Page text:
Technical Sheet


“Similar to Teak in appearance, Iroko is tough and durable. This beautiful wood is often used in cabinetmaking and panelling.”

Botanical Name:

Milicia excelsa

Other Common Names:

Uloho, Odum

Country of Origin:

Tropical Africa

From Forest to Factory

Iroko is very durable, stable, dense and has excellent strength properties. It is resistant to both rot and insect attack and is sometimes used as a substitute for Teak. The wood is used for a variety of purposes:

  • Veneer
  • Flooring
  • Furniture
  • Cabinetry
  • Stairs
  • Boatbuilding
  • Outdoor gates
  • Turned items
  • Exterior & Interior joinery
  • Other small specialty wood items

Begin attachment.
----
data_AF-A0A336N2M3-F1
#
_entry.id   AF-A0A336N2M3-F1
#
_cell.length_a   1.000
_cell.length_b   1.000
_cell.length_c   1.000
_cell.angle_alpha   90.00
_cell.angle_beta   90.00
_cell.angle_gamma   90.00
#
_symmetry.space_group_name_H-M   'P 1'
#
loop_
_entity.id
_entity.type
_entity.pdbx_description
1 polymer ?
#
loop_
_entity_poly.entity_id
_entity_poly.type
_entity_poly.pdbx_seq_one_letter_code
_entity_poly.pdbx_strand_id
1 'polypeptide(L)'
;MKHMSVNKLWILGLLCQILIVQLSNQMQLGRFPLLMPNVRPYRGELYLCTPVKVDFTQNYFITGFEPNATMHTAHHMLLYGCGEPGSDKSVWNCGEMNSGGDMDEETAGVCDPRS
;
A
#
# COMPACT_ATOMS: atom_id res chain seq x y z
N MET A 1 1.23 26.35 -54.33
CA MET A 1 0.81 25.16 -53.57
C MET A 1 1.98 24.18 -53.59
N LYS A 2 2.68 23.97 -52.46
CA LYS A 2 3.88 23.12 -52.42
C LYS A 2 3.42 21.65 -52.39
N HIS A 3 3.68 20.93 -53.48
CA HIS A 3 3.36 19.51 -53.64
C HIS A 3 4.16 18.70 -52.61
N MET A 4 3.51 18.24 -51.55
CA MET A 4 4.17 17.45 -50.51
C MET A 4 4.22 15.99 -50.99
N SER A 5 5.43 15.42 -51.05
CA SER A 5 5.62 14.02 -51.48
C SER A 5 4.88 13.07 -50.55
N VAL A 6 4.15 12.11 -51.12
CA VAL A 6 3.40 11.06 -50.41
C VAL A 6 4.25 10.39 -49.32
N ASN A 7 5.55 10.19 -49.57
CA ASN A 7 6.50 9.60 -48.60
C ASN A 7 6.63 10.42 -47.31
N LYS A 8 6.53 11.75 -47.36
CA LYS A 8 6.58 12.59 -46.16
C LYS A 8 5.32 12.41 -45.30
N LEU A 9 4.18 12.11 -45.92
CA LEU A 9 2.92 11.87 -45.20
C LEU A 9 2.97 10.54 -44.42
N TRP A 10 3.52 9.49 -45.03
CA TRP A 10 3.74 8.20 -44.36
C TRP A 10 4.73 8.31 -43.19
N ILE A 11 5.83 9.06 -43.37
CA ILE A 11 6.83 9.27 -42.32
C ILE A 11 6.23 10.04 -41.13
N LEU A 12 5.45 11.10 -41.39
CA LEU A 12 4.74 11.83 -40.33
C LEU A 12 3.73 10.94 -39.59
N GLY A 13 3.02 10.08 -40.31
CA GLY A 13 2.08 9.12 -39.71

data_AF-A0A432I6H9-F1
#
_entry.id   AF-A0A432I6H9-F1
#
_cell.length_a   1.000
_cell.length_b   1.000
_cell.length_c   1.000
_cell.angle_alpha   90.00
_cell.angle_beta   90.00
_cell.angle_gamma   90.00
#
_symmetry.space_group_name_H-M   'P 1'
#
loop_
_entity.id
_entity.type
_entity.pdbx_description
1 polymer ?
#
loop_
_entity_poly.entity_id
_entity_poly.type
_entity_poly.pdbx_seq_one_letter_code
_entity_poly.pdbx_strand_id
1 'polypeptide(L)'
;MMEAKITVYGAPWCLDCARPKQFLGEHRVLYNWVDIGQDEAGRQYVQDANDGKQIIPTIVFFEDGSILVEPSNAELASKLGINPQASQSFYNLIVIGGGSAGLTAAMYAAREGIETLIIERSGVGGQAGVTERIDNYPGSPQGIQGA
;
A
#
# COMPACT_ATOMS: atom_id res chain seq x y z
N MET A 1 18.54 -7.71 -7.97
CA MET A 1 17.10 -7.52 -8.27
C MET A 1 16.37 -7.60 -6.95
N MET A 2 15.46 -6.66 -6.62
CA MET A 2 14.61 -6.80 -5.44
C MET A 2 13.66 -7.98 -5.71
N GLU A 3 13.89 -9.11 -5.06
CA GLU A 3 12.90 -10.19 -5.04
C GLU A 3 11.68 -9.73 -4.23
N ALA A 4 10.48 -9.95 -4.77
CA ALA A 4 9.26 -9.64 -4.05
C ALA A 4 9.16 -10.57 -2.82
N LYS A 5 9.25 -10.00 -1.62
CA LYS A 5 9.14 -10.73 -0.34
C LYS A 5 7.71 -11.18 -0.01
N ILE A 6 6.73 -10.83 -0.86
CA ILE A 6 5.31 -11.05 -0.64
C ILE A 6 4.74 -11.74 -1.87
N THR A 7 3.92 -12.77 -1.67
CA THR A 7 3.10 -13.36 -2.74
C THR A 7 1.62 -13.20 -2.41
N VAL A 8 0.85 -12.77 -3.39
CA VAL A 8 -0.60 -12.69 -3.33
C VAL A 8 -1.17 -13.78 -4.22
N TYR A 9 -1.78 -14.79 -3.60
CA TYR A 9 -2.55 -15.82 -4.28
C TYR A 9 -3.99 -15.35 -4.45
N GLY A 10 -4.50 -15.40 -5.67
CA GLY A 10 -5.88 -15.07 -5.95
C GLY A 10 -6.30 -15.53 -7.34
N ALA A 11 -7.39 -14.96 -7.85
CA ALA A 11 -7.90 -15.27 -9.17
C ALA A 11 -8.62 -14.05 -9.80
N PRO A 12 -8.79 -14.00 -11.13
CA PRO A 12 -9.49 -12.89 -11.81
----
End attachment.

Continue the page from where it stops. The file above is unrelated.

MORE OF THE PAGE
Native to the west coast of Africa, Iroko wood is sometimes called African, or Nigerian Teak due to its resemblance in colour and in grain to the latter.

This large hardwood tree can live up to 500 years, and can attain very large sizes, reaching 45 metres in height and up to 2.7 metres in diameter. The heartwood is usually a rich yellow to deep golden and medium brown colour, which goes darker over time. The pale yellow sapwood is clearly demarcated from the heartwood. The texture is medium to coarse, with open pores and an interlocked grain.

Iroko is a highly valued timber in Africa, with a high demand.

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